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JACK N . 1918-1990 NIELSEN BY DEAN R. CHAPMAN jACK N. NIELSEN, a pioneering developer of engineering meth- ods for analyzing the aerodynamic characteristics and interfer- ence effects of various aerospace configurations, died in his sleep on October 31, 1990, at age approaching seventy-two. During his forty-nine-year professional career, Jack contrib- uted extensively to both government service and the aerospace industry. Early in his career he served for thirteen years as a research engineer with the National Advisory Committee for Aeronautics (NACA), and near the end of his career served for six years as chief scientist at the Ames Research Center of the National Aeronautics and Space Administration (NASA). In the private sector, he was first a cofounder and director of research of Vidya, Inc., and later the president and founder of Nielsen Engineering and Research, Inc. In his professional activities, in both government and private industry, Jack's main technical contributions were to research and development of advanced methods for the aerodynamic engineering of aerospace ve- hicles. lack was born on November 21, 191S, in Carnarvon, Wales, the son of a captain of a merchant marine ship. Although born in Great Britain, ~ack's family moved to the United States when he was young, enabling him to become a naturalized U.S. citizen at age twelve. He graduated from the University of California, Berkeley, in 1941 with a B.S. in mechanical engineering, but 145
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146 MEMORIAL TRIBUTES soon thereafter served with the U.S. Army Engineers during World War II. Following military service, Jack stuclied aeronau- tics and mathematics at the California Institute of Technology, receiving an M.S. in 1949, en cl two years later his Ph.D. lack Nielsen is internationally renowned in aerospace engi- neering, especially for his highly original contributions to mis- sile aerodynamics. These began with his Ph.D. thesis research wherein he developed a special set of transcendental mathemati- cal functions that could be applied to analyze the effects of wing- body-tail interference. In the 1950s relatively little was known about missile aerodynamics except that the then existing body of knowledge about aircraft aerodynamics could not be applied to the greatly different shapes of missiles. Jack conducted many aerodynamic research investigations during his years with the NACAArnes Aeronautical Laboratory, leading to publication of his book Missile Aerodynamics in 1960. Although published de- cades ago, this book is still used regularly and is deemed a classic. It has been translated into foreign languages, including Russian, and has become a standard in the field. During his years in private industry, Jack's research contribu- tions continued and extended to a variety of other areas of supersonic and subsonic aerodynamics. He made fundamental contributions in the 1960s to methods of computing separated flows on aircraft and missiles, and in the 1970s to methods of computing vortex flows behind bodies and aircraft. He then developed new methods for computing trajectories of store separation from their carrier aircraft. Beginning in the 1970s before the subject became popular, Jack pioneered in develop- ing engineering methods for analyzing the nonlinear aerody- namics of vehicles such as modern fighter aircraft that must operate atvery high angles of attack. He also contributed several key papers on orbital mechanics and atmosphere entry. Alto- gether, lack published nearly two hundred technical papers between 1943 and 1984, some on quite different subjects includ- ing parawings, sail rotors, dispersion in estuaries, and wake turbulence. In recognition of his many fundamental contributions to aerodynamics engineering, and to his status as the leading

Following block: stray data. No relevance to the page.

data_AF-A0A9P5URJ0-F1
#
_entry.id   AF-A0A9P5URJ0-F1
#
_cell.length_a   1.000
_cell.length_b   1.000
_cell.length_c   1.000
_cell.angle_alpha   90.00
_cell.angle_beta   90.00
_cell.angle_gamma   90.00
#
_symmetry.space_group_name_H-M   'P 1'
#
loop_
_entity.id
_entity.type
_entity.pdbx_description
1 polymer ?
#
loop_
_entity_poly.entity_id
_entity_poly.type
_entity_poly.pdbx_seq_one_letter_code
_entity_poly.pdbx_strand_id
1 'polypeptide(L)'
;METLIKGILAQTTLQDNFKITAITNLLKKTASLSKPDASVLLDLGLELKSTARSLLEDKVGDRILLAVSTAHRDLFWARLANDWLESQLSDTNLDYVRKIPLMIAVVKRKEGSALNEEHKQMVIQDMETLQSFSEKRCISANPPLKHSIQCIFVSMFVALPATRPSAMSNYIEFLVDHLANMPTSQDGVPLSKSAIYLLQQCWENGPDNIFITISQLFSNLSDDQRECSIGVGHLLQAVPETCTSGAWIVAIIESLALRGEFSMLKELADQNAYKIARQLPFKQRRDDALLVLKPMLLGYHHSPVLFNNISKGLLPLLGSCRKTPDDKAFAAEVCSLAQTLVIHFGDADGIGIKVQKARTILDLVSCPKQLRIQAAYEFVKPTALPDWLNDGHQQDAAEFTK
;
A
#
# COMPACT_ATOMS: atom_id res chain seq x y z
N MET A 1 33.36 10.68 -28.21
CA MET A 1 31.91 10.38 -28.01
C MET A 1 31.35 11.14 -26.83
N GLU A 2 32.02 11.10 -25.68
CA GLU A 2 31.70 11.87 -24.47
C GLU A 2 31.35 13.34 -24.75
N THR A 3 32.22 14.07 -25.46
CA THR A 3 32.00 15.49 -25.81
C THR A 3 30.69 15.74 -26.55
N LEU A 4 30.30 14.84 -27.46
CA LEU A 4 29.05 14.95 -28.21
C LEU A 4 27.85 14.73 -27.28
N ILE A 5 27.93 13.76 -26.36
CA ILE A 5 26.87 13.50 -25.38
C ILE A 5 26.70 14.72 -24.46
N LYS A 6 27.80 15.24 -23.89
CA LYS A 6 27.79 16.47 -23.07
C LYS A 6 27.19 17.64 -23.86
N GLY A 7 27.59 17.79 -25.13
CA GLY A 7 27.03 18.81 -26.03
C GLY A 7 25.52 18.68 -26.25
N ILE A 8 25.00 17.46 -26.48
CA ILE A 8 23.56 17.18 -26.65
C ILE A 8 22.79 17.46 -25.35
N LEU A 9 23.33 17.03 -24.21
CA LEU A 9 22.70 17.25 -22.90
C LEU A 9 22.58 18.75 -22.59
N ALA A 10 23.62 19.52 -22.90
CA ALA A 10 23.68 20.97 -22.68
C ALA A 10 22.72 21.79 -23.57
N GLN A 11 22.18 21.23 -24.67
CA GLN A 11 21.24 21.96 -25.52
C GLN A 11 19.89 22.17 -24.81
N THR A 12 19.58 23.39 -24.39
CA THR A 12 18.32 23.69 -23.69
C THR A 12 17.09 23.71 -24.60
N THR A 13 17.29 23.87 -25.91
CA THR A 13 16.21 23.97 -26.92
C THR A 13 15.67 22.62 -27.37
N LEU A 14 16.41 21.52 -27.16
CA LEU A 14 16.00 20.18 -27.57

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JACK N. NIELSEN 147 authority on missile aerodynamics in the United States, Jack was selected in 1979 to present the distinguished Wright Brothers Lecture of the American Institute of Aeronautics and Astronau- tics. His subjectwas missile aerodynamics. Jack was a fellow of the Royal Aeronautical Society and of the American Institute of Aeronautics and Astronautics. He was elected to the National Academy of Engineering in 1985. Jack did not confine his work to research accomplishments or corporate entrepreneurship. The breadth of his professional work is reflected in the various national committees he served on: AIAA technical committees of fluid dynamics, of atmosphere flight mechanics, and of missile systems; NASA committees for aerodynamics stability and control, and for configurations and aerodynamics; and U.S. Navy panels for gas dynamics and for missile stability and performance. In personal character, Jack Nielsen was a man very tolerant of those whose life-styles and beliefs were far from his own. He was always sympathetic to people less fortunate than most, and invariably exhibited professional integrity without facade or pretense. Very direct and forthright in his demeanor, Jack would state clearly if something appeared good, and would not hesitate to exclaim even more clearly, sometimes in deep stentorian voice, if it did not. His integrity and strong feelings about what he believed was right were revealed early. United States participation in World War II started shortly after his professional career began as a young graduate mechanical engineer engaged in research at NACAs Langley Field, Virginia. Jack felt strongly about his country s war effort. Believing that he could contribute more directly and effectively by being in the military service, Tack resigned his comfortably secure research position with NACA, and enlisted as a private in the U.S. Army. It was while serving with the armed forces in Germany that he met Gisele, who became his wife of more than four decades. Individuals of the personal character, integrity, and profes- sional capability of Jack Nielsen are not common. He is indeed missed by his family, friends, professional colleagues, and em- ployees of the company he founded.